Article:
I’m a bipolar blogger

Writing for a blog is like writing for any other form, you have highs and lows in terms of producing content. What’s important is that you remain consistent in the numbers and length of posts that you produce. People are far more likely to respond positively to what you have to say if they have some idea of what they can expect from you.

This doesn’t mean you have to pigeonhole yourself into producing only certain types of posts. What it does mean is that you have an obligation to be smart about how you use the content you produce to create a better experience for your readers.

For example, I would definitely describe myself as a bipolar blogger. That is, I have manic episodes of producing stacks and stacks of content – my mind is buzzing with ideas for posts, I’ve got the time to get them written, I don’t have too many distractions. But there are also times when I’ve got blogger’s block and can’t bring myself to produce anything. The trick is to try and manage the ebb and flow of my content creation to try and appear more consistent, even if I’m not.

It helps that the blogging I do can be split into two main categories. Firstly, there are posts like this one, longer, maybe more thoughtful and most importantly, time unspecific. Quite frankly I could post this entry today, or next week, or next month, and it wouldn’t lose (or gain) relevance as a result.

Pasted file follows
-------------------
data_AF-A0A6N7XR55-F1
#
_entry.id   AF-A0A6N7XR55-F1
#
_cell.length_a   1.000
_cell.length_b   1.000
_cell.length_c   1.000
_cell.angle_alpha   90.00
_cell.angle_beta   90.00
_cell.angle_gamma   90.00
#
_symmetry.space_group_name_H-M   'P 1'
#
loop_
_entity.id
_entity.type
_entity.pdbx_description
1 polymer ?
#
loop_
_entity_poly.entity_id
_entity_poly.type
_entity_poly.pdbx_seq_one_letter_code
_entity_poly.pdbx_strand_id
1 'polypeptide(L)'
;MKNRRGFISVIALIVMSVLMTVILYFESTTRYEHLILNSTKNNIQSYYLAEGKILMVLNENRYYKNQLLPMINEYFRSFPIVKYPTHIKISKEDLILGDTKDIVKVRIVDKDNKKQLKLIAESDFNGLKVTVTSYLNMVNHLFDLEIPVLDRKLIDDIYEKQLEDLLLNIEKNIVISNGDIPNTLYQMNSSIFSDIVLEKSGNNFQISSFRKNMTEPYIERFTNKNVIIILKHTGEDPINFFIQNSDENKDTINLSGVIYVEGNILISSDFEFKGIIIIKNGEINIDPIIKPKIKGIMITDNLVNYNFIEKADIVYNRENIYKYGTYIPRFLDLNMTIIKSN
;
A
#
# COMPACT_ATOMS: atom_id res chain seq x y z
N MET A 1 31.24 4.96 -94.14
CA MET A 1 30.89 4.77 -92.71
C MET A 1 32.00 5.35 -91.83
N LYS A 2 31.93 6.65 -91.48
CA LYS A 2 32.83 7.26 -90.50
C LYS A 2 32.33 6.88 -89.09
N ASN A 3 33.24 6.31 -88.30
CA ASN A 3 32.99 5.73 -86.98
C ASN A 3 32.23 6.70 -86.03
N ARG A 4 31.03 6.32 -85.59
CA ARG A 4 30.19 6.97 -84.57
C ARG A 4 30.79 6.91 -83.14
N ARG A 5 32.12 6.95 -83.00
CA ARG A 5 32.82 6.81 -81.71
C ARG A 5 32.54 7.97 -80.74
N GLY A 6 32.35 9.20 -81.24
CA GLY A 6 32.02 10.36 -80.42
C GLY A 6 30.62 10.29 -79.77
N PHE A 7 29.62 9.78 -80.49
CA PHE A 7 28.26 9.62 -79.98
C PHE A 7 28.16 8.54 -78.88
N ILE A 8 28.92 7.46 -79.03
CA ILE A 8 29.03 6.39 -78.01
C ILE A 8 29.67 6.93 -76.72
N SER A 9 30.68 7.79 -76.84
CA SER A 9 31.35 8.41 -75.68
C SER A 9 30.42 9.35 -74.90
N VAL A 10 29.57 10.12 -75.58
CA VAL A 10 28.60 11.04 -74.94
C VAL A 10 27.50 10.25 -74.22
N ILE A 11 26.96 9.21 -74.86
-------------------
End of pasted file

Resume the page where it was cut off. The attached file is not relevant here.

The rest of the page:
The second type of blogging I do is more news based, whether it be reviews of new services, reports of goings-on in the world of web 2.0 gleaned from sources like TechCrunch which are shorter, to the point and very time specific.

If I am in a manic writing mood, I try and get as many of the longer posts written as possible, and save them on my desktop PC for use later on. I don’t post them all in one go – it would be a waste because, if nothing else, readers won’t pay attention if ten massive articles appear on one day in their reader. Instead, I hoard the non-time critical articles for blogging slumps, when I might be struggling for time or concentration to write them.

WordPress, the blogging platform I use here, provides two ways in which I can store the blog hoard online. One is simply to add posts and save them as drafts, only clicking the publish button when the time is right. Another option, which is great if you are going away, is to publish a post with a future date on it. This means the post will only hit the front page on the date one specifies, thus automating the publishing process to a certain extent.

As for the time specific news posts, well, I consider them to be non-critical to the blog. Most people that read DavePress will read other blogs too, and while my efforts to put my own spin on them might help people see how they could use certain technologies or why developments are relevant to them, I don’t think folk would miss them if the bigger bits are still being produced. So, when I am terribly busy, good quality content is still being produced, albeit it’s all of a longer nature than the short bursts of news.

Of course, it’s quite possible that trying to manage my bipolar blogging will break down at some point – like an extended period of struggling to find the time to write – but by stretching out the longer posts over time, I can hopefully make this a less likely occurrence.

What about your blogging? Are you a bipolar blogger – or can you achieve effortless consistency (if so, then I hate you)?